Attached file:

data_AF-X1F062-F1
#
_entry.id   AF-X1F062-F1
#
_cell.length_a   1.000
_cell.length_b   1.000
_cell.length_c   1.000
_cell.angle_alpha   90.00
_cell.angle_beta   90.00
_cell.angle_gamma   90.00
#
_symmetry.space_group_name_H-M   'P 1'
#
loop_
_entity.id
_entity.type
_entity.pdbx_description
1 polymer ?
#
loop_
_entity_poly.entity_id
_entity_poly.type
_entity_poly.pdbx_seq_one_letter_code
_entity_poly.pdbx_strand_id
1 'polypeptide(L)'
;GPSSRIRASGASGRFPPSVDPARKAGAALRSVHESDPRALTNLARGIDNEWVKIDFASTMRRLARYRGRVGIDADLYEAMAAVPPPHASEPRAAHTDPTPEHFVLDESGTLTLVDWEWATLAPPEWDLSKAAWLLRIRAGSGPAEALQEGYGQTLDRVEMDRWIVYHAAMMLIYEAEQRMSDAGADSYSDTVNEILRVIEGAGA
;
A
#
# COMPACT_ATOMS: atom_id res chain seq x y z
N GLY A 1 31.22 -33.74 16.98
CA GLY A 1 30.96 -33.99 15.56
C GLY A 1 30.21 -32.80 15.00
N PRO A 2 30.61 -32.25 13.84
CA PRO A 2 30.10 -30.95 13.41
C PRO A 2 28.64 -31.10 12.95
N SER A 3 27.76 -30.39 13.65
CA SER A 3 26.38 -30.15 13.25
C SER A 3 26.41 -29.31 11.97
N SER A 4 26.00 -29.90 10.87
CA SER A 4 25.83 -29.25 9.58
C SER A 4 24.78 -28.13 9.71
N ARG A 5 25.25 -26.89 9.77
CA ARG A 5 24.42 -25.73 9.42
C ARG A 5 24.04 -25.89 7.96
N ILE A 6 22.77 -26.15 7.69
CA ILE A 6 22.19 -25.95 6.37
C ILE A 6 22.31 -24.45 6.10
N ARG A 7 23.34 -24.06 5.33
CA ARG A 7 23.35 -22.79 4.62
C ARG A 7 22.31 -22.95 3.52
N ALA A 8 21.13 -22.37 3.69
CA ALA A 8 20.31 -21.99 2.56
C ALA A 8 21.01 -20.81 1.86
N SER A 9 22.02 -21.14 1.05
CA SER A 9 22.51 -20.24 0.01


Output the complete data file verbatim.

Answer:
data_AF-X1F062-F1
#
_entry.id   AF-X1F062-F1
#
_cell.length_a   1.000
_cell.length_b   1.000
_cell.length_c   1.000
_cell.angle_alpha   90.00
_cell.angle_beta   90.00
_cell.angle_gamma   90.00
#
_symmetry.space_group_name_H-M   'P 1'
#
loop_
_entity.id
_entity.type
_entity.pdbx_description
1 polymer ?
#
loop_
_entity_poly.entity_id
_entity_poly.type
_entity_poly.pdbx_seq_one_letter_code
_entity_poly.pdbx_strand_id
1 'polypeptide(L)'
;GPSSRIRASGASGRFPPSVDPARKAGAALRSVHESDPRALTNLARGIDNEWVKIDFASTMRRLARYRGRVGIDADLYEAMAAVPPPHASEPRAAHTDPTPEHFVLDESGTLTLVDWEWATLAPPEWDLSKAAWLLRIRAGSGPAEALQEGYGQTLDRVEMDRWIVYHAAMMLIYEAEQRMSDAGADSYSDTVNEILRVIEGAGA
;
A
#
# COMPACT_ATOMS: atom_id res chain seq x y z
N GLY A 1 31.22 -33.74 16.98
CA GLY A 1 30.96 -33.99 15.56
C GLY A 1 30.21 -32.80 15.00
N PRO A 2 30.61 -32.25 13.84
CA PRO A 2 30.10 -30.95 13.41
C PRO A 2 28.64 -31.10 12.95
N SER A 3 27.76 -30.39 13.65
CA SER A 3 26.38 -30.15 13.25
C SER A 3 26.41 -29.31 11.97
N SER A 4 26.00 -29.90 10.87
CA SER A 4 25.83 -29.25 9.58
C SER A 4 24.78 -28.13 9.71
N ARG A 5 25.25 -26.89 9.77
CA ARG A 5 24.42 -25.73 9.42
C ARG A 5 24.04 -25.89 7.96
N ILE A 6 22.77 -26.15 7.69
CA ILE A 6 22.19 -25.95 6.37
C ILE A 6 22.31 -24.45 6.10
N ARG A 7 23.34 -24.06 5.33
CA ARG A 7 23.35 -22.79 4.62
C ARG A 7 22.31 -22.95 3.52
N ALA A 8 21.13 -22.37 3.69
CA ALA A 8 20.31 -21.99 2.56
C ALA A 8 21.01 -20.81 1.86
N SER A 9 22.02 -21.14 1.05
CA SER A 9 22.51 -20.24 0.01